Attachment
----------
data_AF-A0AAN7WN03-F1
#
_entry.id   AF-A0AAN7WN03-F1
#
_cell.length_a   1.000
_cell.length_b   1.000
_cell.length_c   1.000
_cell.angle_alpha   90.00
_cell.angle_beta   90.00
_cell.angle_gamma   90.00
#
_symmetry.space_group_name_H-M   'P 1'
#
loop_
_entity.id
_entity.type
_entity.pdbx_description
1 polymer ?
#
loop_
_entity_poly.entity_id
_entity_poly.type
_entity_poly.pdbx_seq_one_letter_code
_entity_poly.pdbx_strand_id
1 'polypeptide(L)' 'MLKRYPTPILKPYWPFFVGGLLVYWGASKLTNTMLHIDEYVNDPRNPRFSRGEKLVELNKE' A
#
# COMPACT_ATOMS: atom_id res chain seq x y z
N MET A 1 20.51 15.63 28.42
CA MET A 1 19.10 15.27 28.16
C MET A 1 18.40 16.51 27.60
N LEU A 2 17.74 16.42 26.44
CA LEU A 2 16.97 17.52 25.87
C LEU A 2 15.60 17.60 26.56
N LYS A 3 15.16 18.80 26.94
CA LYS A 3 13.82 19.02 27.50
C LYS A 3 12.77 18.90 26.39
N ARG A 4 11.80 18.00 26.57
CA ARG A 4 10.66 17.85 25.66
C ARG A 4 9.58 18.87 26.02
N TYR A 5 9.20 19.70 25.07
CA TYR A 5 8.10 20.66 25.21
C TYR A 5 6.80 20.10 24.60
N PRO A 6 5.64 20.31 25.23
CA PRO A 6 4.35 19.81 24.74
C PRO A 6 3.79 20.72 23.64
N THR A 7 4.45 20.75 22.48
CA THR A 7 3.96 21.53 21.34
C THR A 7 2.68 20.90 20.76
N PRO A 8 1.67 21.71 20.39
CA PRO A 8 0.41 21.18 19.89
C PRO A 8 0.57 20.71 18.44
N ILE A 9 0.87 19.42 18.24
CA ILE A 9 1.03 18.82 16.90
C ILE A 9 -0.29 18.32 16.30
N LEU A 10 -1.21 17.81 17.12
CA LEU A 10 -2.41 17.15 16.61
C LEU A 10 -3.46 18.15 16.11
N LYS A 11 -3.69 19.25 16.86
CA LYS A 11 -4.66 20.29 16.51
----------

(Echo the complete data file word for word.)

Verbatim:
data_AF-A0AAN7WN03-F1
#
_entry.id   AF-A0AAN7WN03-F1
#
_cell.length_a   1.000
_cell.length_b   1.000
_cell.length_c   1.000
_cell.angle_alpha   90.00
_cell.angle_beta   90.00
_cell.angle_gamma   90.00
#
_symmetry.space_group_name_H-M   'P 1'
#
loop_
_entity.id
_entity.type
_entity.pdbx_description
1 polymer ?
#
loop_
_entity_poly.entity_id
_entity_poly.type
_entity_poly.pdbx_seq_one_letter_code
_entity_poly.pdbx_strand_id
1 'polypeptide(L)' 'MLKRYPTPILKPYWPFFVGGLLVYWGASKLTNTMLHIDEYVNDPRNPRFSRGEKLVELNKE' A
#
# COMPACT_ATOMS: atom_id res chain seq x y z
N MET A 1 20.51 15.63 28.42
CA MET A 1 19.10 15.27 28.16
C MET A 1 18.40 16.51 27.60
N LEU A 2 17.74 16.42 26.44
CA LEU A 2 16.97 17.52 25.87
C LEU A 2 15.60 17.60 26.56
N LYS A 3 15.16 18.80 26.94
CA LYS A 3 13.82 19.02 27.50
C LYS A 3 12.77 18.90 26.39
N ARG A 4 11.80 18.00 26.57
CA ARG A 4 10.66 17.85 25.66
C ARG A 4 9.58 18.87 26.02
N TYR A 5 9.20 19.70 25.07
CA TYR A 5 8.10 20.66 25.21
C TYR A 5 6.80 20.10 24.60
N PRO A 6 5.64 20.31 25.23
CA PRO A 6 4.35 19.81 24.74
C PRO A 6 3.79 20.72 23.64
N THR A 7 4.45 20.75 22.48
CA THR A 7 3.96 21.53 21.34
C THR A 7 2.68 20.90 20.76
N PRO A 8 1.67 21.71 20.39
CA PRO A 8 0.41 21.18 19.89
C PRO A 8 0.57 20.71 18.44
N ILE A 9 0.87 19.42 18.24
CA ILE A 9 1.03 18.82 16.90
C ILE A 9 -0.29 18.32 16.30
N LEU A 10 -1.21 17.81 17.12
CA LEU A 10 -2.41 17.15 16.61
C LEU A 10 -3.46 18.15 16.11
N LYS A 11 -3.69 19.25 16.86
CA LYS A 11 -4.66 20.29 16.51